dogs lick earsAs much as we love them, let’s face it, dogs are well known for their less than impeccable manners. From butt sniffing to leg humping, it’s safe to say they’re pretty comfortable with their animal selves, but there are some behaviors that have most pet owners stumped – like ear licking. So, why do dogs lick ears, and is it normal?

Why Dogs Lick Ears: The Good, the Bad, and the Gross

Is your dog enamored with your ears? How about with another cat or dog who lives in the home? Whether it’s a little love-kiss or a full-on slurp fest, the reasons that dogs lick ears can be varied.

A Sign of Affection

Pack oriented animals like canines will often use grooming as a means of bonding, as well as to say to a fellow pack member, “I give you my respect.” Many animals will also mimic behaviors learned as a youngster, like your cat’s insistence on “making biscuits” or kneading as a way to self-soothe. Mama cats and dogs will groom their babies, and this behavior continues to illustrate affection, respect, and acceptance among adult cats and dogs.

Remember that behavior is not simply “a behavior” but part of a complex means of communication. It’s likely your overzealous ear licker is trying to tell you (or the reluctant family cat) that you’re a member of his or her pack.

Infection or Compulsion

If your dog has taken a sudden interest in another pet’s ear, it may be time for an examination of the recipient. This is because dogs are curious about funky odors and tastes, and ear infections are a good source of both. Check your pet’s ears for signs of inflammation, odor, hair loss, or excessive itching. If you suspect there is a problem, please call us right away, as infections can become serious and cause a lot of pain.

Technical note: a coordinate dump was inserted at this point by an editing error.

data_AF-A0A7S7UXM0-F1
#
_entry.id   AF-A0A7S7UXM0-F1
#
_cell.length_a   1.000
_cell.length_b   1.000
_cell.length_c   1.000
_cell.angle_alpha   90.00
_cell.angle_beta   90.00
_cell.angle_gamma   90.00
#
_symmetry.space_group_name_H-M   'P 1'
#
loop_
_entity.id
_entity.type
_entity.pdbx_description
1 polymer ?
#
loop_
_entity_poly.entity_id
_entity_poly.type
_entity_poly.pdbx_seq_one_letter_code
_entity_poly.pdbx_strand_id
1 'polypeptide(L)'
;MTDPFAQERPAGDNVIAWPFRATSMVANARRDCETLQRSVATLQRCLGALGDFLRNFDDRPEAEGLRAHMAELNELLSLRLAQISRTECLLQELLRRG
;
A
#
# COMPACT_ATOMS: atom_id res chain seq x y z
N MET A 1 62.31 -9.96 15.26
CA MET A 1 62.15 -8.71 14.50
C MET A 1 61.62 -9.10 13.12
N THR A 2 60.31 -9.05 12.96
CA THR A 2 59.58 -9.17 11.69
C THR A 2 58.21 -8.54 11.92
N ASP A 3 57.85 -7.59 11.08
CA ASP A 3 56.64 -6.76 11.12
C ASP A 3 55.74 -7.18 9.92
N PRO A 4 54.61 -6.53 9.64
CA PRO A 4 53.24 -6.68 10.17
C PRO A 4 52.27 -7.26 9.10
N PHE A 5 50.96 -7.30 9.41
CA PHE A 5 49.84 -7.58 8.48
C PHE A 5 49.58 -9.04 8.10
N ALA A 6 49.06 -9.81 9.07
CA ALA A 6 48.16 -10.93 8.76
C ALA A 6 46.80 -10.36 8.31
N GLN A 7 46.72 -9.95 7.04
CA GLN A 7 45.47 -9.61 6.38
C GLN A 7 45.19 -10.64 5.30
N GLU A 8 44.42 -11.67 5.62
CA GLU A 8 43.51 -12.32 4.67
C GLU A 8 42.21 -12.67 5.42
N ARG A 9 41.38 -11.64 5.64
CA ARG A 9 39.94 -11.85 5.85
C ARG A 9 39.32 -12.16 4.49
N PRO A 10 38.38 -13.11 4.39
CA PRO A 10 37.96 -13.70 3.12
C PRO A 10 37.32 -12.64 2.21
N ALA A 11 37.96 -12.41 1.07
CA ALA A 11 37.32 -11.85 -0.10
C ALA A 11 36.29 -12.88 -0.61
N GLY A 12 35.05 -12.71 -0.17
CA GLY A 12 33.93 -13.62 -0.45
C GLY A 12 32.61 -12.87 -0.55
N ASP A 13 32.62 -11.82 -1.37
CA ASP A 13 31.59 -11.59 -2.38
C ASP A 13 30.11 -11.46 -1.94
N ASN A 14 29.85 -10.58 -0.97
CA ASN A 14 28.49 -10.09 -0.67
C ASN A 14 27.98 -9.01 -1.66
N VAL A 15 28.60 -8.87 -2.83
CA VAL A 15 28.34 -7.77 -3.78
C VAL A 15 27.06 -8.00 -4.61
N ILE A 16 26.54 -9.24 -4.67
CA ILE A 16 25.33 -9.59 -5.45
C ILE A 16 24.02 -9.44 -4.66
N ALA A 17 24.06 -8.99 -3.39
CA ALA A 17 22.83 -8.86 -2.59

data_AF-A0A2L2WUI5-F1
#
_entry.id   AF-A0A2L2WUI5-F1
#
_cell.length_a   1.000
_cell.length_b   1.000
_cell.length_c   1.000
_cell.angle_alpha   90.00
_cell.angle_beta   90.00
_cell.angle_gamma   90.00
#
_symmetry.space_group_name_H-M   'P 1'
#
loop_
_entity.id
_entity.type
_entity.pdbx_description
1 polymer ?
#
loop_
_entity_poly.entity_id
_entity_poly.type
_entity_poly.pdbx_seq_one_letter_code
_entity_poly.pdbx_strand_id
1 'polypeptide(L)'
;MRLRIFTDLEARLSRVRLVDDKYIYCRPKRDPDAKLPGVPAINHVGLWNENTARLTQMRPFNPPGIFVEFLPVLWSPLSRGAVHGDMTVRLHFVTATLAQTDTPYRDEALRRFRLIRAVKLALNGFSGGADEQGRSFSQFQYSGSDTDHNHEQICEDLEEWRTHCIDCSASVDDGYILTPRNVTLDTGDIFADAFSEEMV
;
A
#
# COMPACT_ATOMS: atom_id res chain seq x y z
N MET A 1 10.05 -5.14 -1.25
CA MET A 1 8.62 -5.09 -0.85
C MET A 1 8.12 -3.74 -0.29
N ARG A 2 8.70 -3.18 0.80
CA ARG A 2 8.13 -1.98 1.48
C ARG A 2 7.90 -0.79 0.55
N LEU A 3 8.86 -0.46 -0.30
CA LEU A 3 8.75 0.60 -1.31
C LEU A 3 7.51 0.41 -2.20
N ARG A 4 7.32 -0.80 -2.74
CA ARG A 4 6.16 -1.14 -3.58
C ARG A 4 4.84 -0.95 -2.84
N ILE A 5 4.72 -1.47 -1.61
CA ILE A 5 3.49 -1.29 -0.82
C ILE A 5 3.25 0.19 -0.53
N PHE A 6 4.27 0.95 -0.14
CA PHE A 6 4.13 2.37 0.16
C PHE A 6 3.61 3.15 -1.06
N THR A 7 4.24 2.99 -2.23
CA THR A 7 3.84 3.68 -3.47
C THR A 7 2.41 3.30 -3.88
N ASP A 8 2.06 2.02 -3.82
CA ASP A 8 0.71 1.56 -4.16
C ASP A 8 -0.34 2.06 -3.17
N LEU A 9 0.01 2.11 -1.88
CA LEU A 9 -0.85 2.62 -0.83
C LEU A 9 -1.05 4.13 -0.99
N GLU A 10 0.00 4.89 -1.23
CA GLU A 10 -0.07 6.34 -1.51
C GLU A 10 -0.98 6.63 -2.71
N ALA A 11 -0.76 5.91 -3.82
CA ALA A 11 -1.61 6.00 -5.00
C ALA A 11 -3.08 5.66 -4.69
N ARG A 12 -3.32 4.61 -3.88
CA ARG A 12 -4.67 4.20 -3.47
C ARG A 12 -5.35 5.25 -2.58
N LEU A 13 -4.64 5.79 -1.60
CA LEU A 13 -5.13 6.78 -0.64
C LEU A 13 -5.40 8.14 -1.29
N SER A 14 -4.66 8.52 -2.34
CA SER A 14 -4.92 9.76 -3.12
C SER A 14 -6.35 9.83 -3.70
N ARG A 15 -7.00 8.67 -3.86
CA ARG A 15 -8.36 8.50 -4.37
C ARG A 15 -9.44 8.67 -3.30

Likewise, if your pet is being treated for an ear infection, do your best to discourage other pets from ear-licking. This can cause additional infection (via ongoing dampness in the ear), and your pet may inadvertently ingest medication.

Excessive ear-licking may also be an indicator of a behavioral compulsion, which can occur in pets who lack mental enrichment or who suffer from anxiety or stress. Please consult The Pet Experts if your pet begins behaving out of the norm or if you’re concerned about excessive ear-licking.

Gross but Tasty

As with a potential ear infection, the odor and taste of earwax may also inspire your “gross gourmet” to lick the ears of those around him or her. If your dog happens to be one who is attracted to the taste of earwax, it may very well explain why Rover has a thing for ears.

The important thing to remember is that as long as there is no underlying infection and your pet’s behavior has not become compulsive, your dog is likely just being a dog!

Please contact The Pet Experts at Naperville Animal Hospital our team today if we can answer any questions about dog behavior or if you would like to schedule an appointment.